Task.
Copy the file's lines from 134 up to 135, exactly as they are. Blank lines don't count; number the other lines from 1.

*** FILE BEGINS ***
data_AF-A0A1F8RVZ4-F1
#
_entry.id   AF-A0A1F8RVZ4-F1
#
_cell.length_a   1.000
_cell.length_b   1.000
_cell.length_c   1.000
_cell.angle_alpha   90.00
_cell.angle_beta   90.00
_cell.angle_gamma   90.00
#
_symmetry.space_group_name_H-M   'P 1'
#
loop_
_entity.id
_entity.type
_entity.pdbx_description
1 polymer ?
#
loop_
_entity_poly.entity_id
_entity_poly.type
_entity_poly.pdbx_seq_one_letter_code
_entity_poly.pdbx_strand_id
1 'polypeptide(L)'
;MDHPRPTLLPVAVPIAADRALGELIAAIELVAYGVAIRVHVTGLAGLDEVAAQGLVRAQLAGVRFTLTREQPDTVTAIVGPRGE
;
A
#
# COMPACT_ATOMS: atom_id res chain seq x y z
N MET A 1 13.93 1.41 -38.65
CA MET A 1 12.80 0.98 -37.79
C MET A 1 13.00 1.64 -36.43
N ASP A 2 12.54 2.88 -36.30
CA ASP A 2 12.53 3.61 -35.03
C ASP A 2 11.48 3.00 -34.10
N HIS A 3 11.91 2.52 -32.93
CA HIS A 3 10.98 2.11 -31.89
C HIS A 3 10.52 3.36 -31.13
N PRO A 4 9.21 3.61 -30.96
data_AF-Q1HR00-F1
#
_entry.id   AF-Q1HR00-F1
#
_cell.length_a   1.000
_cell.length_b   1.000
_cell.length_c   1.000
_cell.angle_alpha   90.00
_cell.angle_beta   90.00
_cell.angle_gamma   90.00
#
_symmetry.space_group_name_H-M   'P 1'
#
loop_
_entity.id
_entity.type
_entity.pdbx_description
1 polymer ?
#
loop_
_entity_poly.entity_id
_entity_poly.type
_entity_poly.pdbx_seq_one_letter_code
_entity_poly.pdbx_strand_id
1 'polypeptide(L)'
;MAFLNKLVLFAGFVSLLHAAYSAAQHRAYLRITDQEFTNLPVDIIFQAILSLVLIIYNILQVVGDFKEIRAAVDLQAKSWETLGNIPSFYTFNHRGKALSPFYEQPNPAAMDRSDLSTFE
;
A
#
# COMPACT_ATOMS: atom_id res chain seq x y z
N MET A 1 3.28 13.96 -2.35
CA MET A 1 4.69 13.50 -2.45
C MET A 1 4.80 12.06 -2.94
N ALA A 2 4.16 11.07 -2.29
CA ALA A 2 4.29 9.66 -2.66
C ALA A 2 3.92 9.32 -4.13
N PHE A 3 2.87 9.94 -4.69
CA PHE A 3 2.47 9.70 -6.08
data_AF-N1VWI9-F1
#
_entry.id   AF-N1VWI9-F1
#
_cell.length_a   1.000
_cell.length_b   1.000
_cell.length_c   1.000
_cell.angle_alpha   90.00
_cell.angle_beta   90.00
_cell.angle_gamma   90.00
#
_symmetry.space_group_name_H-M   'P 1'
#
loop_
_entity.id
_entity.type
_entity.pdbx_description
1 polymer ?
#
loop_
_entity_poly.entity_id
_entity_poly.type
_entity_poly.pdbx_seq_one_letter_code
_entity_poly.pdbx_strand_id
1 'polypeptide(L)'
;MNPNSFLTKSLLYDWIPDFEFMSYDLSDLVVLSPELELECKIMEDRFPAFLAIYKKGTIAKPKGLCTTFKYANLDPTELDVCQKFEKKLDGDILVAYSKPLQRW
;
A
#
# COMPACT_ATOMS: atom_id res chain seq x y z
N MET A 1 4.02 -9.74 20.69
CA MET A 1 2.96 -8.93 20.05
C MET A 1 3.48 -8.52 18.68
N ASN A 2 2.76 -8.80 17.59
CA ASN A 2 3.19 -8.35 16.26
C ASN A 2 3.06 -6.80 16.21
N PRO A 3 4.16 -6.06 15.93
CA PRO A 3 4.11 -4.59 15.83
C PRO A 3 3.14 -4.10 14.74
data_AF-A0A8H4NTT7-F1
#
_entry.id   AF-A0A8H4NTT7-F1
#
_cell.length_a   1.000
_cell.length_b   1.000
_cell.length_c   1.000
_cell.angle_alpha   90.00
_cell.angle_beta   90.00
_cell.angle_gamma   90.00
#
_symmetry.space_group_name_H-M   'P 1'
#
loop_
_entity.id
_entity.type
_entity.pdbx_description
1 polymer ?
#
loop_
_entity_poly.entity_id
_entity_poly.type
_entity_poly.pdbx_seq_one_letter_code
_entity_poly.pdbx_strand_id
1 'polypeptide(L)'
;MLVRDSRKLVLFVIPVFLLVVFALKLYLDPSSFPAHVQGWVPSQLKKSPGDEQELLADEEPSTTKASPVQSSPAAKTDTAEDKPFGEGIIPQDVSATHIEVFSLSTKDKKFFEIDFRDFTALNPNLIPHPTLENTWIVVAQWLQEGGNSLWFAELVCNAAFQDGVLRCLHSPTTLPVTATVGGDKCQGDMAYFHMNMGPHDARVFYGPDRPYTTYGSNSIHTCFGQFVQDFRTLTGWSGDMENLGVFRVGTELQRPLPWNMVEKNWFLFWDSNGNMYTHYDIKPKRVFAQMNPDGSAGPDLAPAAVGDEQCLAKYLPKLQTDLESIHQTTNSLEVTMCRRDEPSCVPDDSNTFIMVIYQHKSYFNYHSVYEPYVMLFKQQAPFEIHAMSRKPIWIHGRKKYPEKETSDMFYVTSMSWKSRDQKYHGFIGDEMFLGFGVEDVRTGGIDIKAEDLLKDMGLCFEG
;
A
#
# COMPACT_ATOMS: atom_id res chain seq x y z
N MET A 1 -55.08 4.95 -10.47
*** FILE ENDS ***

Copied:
_entity.pdbx_description
1 polymer ?